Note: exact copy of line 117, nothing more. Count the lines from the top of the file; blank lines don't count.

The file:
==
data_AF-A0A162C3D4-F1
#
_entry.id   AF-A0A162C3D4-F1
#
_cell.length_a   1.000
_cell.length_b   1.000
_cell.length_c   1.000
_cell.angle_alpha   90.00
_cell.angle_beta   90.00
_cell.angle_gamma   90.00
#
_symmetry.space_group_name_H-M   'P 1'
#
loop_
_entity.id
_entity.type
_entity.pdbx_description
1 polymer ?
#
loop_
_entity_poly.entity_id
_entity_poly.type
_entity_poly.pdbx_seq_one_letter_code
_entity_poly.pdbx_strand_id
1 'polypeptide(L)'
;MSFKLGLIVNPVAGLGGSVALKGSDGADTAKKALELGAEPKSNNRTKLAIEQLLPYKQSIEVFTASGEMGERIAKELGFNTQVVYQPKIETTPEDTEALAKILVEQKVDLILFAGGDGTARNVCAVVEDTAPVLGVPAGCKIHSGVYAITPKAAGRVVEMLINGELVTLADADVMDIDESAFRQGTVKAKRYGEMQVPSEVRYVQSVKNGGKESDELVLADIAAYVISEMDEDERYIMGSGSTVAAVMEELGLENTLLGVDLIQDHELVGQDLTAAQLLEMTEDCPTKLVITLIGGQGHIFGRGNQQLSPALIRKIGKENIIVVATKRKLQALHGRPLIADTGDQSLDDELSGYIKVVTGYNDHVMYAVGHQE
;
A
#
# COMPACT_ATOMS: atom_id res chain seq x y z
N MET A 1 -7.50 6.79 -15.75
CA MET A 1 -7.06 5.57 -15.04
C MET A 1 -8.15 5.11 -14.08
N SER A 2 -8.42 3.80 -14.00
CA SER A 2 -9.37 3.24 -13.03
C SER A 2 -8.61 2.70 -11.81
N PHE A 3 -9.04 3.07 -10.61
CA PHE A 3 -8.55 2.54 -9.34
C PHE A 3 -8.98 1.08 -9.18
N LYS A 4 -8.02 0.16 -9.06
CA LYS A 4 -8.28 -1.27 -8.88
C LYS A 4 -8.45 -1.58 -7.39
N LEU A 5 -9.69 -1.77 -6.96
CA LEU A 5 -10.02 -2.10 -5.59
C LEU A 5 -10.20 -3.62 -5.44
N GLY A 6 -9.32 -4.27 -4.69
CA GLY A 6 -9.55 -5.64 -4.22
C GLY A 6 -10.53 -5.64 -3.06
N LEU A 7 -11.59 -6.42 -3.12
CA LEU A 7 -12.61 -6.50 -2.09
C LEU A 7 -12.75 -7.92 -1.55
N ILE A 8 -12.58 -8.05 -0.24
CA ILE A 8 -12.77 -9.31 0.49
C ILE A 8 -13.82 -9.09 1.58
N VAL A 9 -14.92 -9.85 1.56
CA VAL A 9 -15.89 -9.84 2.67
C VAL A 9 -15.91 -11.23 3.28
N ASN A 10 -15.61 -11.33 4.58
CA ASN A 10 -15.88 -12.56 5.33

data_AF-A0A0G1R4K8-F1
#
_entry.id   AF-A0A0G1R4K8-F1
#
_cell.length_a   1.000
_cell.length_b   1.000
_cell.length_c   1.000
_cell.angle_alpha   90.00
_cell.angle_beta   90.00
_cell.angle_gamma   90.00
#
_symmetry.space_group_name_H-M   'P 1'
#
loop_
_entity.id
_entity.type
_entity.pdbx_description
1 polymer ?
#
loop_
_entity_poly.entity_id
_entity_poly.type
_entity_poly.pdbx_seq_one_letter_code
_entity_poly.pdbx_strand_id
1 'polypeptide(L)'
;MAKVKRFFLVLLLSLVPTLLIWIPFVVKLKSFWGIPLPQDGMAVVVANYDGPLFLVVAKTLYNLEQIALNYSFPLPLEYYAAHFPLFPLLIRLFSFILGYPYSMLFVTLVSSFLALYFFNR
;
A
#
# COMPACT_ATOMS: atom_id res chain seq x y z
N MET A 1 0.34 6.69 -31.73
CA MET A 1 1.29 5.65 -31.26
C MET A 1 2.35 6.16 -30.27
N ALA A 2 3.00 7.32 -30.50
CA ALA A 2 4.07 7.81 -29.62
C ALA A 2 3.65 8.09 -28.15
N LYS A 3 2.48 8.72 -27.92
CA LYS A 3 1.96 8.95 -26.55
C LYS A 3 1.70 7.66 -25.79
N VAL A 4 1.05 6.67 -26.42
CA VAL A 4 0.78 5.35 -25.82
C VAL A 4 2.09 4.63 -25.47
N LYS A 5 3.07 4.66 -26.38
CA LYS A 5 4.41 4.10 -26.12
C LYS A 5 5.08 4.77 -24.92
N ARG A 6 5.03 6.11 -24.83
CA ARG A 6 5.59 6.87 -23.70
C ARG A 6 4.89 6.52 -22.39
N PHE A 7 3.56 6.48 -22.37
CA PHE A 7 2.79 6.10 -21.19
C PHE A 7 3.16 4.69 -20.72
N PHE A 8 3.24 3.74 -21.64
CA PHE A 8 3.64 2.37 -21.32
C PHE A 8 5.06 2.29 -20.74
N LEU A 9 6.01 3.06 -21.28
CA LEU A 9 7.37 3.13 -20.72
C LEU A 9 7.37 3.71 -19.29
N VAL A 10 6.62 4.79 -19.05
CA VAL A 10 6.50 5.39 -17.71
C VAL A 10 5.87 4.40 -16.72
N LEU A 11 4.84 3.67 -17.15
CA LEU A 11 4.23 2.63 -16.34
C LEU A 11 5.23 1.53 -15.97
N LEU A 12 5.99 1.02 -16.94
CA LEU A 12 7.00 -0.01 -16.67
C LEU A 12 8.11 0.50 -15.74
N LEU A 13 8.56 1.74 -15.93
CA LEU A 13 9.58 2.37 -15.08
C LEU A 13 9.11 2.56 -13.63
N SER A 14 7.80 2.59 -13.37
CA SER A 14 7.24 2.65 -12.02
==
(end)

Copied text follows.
N VAL A 10 6.62 4.79 -19.05